US5060349A (en) * 1987-04-02 1991-10-29 Richard R. Walton Compressive treatment of webs
WO1992005306A1 (en) * 1990-09-24 1992-04-02 Walton Richard R Longitudinal compressive treatment of web materials
US5582892A (en) * 1994-04-08 1996-12-10 Minnesota Mining And Manufacturing Company Dimensionally stable particle-loaded PTFE web
US5678288A (en) * 1993-02-22 1997-10-21 Richard R. Walton Compressively treating flexible sheet materials
US6114595A (en) * 1996-04-11 2000-09-05 The Procter & Gamble Company Stretchable, extensible composite topsheet for absorbent articles
DE3309819C2 (en) * 1982-03-19 2000-11-23 Rhodes Walton Richard Method and apparatus for compression treatment of a product web
US20040031578A1 (en) * 2002-07-10 2004-02-19 Kimberly-Clark Worldwide, Inc. Multi-ply wiping products made according to a low temperature delamination process
US6755937B1 (en) 1997-12-19 2004-06-29 Kimberly-Clark Worldwide, Inc. Paper sheet having improved rate of absorbency
US20050045293A1 (en) * 2003-09-02 2005-03-03 Hermans Michael Alan Paper sheet having high absorbent capacity and delayed wet-out
US20050045295A1 (en) * 2003-09-02 2005-03-03 Kimberly-Clark Worldwide, Inc. Low odor binders curable at room temperature
US20050045292A1 (en) * 2003-09-02 2005-03-03 Lindsay Jeffrey Dean Clothlike pattern densified web
US20060014884A1 (en) * 2004-07-15 2006-01-19 Kimberty-Clark Worldwide, Inc. Binders curable at room temperature with low blocking
US7084349B1 (en) 2005-02-03 2006-08-01 E. I. Du Pont De Nemours And Company Insulated power cable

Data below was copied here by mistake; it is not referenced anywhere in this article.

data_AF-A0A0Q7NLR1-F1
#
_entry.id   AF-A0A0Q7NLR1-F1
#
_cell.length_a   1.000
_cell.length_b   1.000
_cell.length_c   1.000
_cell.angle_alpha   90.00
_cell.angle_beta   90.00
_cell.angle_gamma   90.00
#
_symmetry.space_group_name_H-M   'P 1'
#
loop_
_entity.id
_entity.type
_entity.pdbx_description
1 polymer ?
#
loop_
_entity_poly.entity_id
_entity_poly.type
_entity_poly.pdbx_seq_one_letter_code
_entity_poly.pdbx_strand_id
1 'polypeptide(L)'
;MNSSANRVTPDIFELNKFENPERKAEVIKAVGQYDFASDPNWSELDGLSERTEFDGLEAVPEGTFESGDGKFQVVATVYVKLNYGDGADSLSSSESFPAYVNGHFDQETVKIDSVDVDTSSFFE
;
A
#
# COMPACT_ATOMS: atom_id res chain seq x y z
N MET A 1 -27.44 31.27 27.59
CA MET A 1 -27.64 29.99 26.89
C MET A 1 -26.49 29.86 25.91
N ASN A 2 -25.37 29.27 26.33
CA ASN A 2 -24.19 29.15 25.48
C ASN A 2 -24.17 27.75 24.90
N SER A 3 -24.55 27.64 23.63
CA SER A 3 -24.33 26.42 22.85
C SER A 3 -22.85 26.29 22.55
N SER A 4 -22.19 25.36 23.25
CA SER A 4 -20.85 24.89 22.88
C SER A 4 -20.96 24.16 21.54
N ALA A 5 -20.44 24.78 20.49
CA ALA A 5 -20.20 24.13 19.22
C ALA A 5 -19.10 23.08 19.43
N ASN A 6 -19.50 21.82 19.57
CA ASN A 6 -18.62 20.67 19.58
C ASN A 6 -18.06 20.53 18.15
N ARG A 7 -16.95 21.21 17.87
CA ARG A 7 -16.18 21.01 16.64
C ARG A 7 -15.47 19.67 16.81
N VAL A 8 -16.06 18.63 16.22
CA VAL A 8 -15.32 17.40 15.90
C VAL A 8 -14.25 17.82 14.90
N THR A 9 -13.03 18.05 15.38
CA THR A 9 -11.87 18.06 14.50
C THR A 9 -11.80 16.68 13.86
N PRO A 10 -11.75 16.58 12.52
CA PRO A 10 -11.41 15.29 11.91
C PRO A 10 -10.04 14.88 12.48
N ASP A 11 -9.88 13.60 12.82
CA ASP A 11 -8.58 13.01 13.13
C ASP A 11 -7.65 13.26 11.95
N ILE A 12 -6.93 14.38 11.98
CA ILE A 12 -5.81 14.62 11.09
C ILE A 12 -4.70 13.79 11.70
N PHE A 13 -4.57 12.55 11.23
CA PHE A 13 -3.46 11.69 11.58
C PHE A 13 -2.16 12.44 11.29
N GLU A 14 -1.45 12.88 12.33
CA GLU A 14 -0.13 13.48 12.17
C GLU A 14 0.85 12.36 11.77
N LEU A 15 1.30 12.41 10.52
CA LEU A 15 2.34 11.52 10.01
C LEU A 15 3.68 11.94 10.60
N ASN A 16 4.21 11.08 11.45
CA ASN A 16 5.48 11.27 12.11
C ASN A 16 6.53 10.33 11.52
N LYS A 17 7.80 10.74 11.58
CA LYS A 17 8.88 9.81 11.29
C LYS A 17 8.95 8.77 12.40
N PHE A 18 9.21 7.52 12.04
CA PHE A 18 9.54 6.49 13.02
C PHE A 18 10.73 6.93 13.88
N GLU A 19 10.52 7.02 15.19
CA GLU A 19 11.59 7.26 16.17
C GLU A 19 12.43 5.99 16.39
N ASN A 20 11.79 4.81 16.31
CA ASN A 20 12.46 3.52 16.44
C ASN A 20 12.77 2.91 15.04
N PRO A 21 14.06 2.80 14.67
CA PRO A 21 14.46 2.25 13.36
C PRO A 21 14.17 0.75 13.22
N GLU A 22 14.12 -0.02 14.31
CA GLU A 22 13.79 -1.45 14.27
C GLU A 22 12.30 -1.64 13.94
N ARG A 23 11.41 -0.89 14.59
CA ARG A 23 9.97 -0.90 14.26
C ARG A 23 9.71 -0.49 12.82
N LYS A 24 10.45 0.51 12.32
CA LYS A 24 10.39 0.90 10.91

US20070062655A1 (en) * 2005-09-16 2007-03-22 Thorsten Knobloch Tissue paper
US20070187056A1 (en) * 2003-09-02 2007-08-16 Goulet Mike T Low odor binders curable at room temperature
US20070221347A1 (en) * 2006-03-22 2007-09-27 Ratia Juan Antonio T Creping machine
US20070256803A1 (en) * 2006-05-03 2007-11-08 Sheehan Jeffrey G Fibrous structure product with high softness
US20070256802A1 (en) * 2006-05-03 2007-11-08 Jeffrey Glen Sheehan Fibrous structure product with high bulk
US20080036135A1 (en) * 2006-01-06 2008-02-14 Horn J Drew Microcreping Traveling Sheet Material

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US2263712A (en) * 1939-03-20 1941-11-25 Bradford Dyers Ass Ltd Process of and apparatus for shrinking fabrics and yarns
US3015146A (en) * 1958-01-08 1962-01-02 Compax Corp Method and apparatus for compacting web materials, such as fabrics
US3260778A (en) * 1964-01-23 1966-07-12 Richard R Walton Treatment of materials
US3287784A (en) * 1962-07-03 1966-11-29 Celanese Corp Crimping method and apparatus

Patent Citations (4)

* Cited by examiner, † Cited by third party
Publication number Priority date Publication date Assignee Title
US2263712A (en) * 1939-03-20 1941-11-25 Bradford Dyers Ass Ltd Process of and apparatus for shrinking fabrics and yarns
US3015146A (en) * 1958-01-08 1962-01-02 Compax Corp Method and apparatus for compacting web materials, such as fabrics
US3287784A (en) * 1962-07-03 1966-11-29 Celanese Corp Crimping method and apparatus
US3260778A (en) * 1964-01-23 1966-07-12 Richard R Walton Treatment of materials

Cited By (57)

* Cited by examiner, † Cited by third party
Publication number Priority date Publication date Assignee Title
US3810280A (en) * 1971-02-16 1974-05-14 R Walton Method and apparatus for longitudinal compressive treatment of flexible material
US3681819A (en) * 1971-04-19 1972-08-08 Bancroft & Sons Co J Process for mechanically treating materials having a movable flexible retarder